American Bugleweed
Lycopus americanus
Mint family (Lamiaceae)

Description: This native perennial plant is about 1-2' tall, sometimes branching sparingly near the base. The green or reddish central stem is four-angled and ridged; it may be hairless or slightly pubescent. This plant has a tendency to sprawl in the absence of supportive vegetation. The opposite leaves are sessile or have short petioles, and somewhat widely spaced along the stem. They are up to 3" long and 3⁄4" across, and usually lanceolate or ovate-lanceolate in overall shape. The lower leaves are lobed or pinnatifid toward the base, while the upper leaves are coarsely dentate all along their margins. The foliage is hairless, except for a few hairs along the central vein on the lower leaf surface. Whorls of white flowers occur where the upper pairs of leaves join the stem. Each flower is about 1/6" long, and has a tubular corolla with 4 spreading lobes. There are two stamens with brown anthers that are exerted outside the corolla. The green calyx is divided into 5 triangular teeth that are more than twice as long as they are across at the base. The corolla is only a little longer than the teeth of the calyx. The blooming period is from mid-summer to early fall, and lasts about 1-2 months. Neither the foliage nor the flowers have any noticeable scent. The flowers develop into nutlets that are shorter than the calyx. These nutlets are broad and flat at the top, becoming rounded and more narrow along 3 angles toward the bottom. They have a smooth surface. There is a taproot and abundant production of rhizomes, the latter facilitating the vegetative spread of this plant.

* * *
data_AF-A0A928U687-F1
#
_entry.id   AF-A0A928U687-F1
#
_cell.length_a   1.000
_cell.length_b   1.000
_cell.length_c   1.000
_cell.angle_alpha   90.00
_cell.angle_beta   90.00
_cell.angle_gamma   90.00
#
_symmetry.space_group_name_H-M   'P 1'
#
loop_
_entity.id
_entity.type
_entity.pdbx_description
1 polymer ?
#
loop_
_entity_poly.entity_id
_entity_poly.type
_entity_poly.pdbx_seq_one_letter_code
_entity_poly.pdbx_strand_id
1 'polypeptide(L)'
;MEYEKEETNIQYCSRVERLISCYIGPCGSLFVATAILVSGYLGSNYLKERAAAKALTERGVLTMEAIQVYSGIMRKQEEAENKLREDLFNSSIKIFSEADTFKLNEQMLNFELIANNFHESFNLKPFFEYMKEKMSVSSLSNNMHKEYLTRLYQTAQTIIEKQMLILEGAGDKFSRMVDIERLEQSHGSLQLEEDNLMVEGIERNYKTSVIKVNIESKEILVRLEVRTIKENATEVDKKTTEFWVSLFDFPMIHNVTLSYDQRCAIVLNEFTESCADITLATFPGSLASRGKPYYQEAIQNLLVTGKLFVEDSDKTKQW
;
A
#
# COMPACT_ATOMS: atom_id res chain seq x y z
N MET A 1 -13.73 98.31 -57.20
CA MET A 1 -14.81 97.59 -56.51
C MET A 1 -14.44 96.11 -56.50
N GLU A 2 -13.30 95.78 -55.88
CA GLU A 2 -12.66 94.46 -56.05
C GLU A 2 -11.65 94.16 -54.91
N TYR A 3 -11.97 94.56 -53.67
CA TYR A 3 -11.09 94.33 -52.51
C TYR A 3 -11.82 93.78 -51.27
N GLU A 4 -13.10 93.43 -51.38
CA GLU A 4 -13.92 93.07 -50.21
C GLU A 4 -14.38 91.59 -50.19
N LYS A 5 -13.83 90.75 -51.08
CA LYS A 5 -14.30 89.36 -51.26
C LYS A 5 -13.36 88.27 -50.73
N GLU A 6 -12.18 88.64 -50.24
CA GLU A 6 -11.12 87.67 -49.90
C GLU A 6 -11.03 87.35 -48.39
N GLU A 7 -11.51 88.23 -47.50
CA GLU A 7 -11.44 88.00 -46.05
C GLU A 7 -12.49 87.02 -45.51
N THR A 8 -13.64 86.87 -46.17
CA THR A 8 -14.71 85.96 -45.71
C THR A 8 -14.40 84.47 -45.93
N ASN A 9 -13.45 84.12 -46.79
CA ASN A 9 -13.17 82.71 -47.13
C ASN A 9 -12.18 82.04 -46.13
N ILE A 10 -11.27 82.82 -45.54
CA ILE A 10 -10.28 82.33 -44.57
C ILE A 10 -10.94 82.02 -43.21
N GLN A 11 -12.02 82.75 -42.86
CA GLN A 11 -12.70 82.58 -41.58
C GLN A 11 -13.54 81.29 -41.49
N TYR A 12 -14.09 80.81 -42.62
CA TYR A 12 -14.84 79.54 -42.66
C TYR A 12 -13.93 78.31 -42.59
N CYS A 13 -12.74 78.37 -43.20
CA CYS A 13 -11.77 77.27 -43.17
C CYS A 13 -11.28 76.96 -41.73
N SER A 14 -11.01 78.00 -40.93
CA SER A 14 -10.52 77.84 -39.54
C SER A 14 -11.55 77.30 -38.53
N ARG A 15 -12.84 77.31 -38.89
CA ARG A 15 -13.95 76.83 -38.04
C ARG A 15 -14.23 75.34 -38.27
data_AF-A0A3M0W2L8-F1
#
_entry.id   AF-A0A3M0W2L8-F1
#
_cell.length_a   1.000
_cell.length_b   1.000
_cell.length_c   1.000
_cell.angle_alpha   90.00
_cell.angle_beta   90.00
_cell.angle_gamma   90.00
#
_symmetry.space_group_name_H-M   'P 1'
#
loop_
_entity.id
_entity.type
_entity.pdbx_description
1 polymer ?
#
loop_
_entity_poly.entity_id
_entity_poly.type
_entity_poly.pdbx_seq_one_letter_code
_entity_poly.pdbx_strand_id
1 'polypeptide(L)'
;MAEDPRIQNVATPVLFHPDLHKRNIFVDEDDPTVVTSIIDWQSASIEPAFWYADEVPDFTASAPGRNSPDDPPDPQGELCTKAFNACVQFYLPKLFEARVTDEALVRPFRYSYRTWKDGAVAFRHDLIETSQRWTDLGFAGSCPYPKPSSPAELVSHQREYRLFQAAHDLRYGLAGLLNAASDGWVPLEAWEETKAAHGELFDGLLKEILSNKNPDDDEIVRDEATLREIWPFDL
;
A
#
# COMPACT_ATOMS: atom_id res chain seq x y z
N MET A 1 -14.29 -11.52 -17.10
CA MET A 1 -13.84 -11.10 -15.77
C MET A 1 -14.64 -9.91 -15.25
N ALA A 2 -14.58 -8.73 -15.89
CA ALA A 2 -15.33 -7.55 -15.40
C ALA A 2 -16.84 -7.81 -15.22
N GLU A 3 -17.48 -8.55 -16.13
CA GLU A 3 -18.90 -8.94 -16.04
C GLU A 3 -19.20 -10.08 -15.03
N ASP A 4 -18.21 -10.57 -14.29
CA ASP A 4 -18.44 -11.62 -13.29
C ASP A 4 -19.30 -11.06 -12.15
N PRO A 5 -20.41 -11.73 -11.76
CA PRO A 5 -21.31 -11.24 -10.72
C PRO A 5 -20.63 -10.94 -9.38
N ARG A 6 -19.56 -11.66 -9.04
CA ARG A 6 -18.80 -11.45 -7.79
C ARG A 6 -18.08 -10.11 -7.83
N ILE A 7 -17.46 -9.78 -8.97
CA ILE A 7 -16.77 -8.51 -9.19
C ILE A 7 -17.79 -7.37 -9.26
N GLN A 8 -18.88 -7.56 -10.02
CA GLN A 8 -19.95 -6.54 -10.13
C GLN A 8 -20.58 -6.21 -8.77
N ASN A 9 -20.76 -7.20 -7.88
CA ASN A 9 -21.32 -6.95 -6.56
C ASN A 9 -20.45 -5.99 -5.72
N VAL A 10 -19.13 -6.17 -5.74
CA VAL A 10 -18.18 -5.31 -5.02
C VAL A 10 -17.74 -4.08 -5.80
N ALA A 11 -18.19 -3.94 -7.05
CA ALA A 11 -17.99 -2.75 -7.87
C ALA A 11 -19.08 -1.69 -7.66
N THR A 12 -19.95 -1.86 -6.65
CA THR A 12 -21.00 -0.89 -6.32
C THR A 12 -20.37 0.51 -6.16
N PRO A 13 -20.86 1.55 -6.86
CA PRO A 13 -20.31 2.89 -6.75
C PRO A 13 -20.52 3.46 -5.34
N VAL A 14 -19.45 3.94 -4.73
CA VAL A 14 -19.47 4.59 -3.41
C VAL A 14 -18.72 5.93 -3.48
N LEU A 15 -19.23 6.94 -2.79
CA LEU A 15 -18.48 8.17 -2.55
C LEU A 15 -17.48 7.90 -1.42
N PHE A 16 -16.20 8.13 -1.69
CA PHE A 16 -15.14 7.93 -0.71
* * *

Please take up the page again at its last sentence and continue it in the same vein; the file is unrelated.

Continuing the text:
Cultivation: The preference is wet conditions and full sunlight; moist soil and partial sunlight are also tolerated. This plant normally grows in flood-prone areas with rich organic soil.

Range & Habitat: American Bugleweed is a fairly common plant that occurs in all counties of Illinois. Habitats include the sloughs of moist black soil prairies; floodplain woodlands and soggy thickets; marshes, fens, and borders of lakes and ponds; and ditches along railroads and roadsides. This is primarily a wetland plant that occurs in areas of prairie that are prone to standing water, which reduces competition from other plants. It is easy to overlook.

Faunal Associations: Primarily flies and wasps visit the flowers for nectar; some of the flies also feed on the pollen. Less common flower visitors include bees, small butterflies, skippers, and beetles. The caterpillars of Sphinx eremitus (Hermit Sphinx) feed on the foliage of this and other bugleweeds (as well as other members of the Mint family). Bugleweeds have bitter leaves and are not often eaten by mammalian herbivores.

Comments: American Bugleweed is a fairly typical member of the Mint family; it isn't particularly showy. There are several Lycopus spp. in Illinois, and they are often hard to tell apart. However, American Bugleweed is easy to identify in the field because the lower leaves have a few lobes that are deep and narrow toward the stem, as the lower photograph reveals. Other bugleweeds usually have leaves with wedge-shaped bottoms that are coarsely dentate along the entire length of their margins. If any lobes are present, they are more shallow and wide. Another name for American Bugleweed is Common Water Horehound.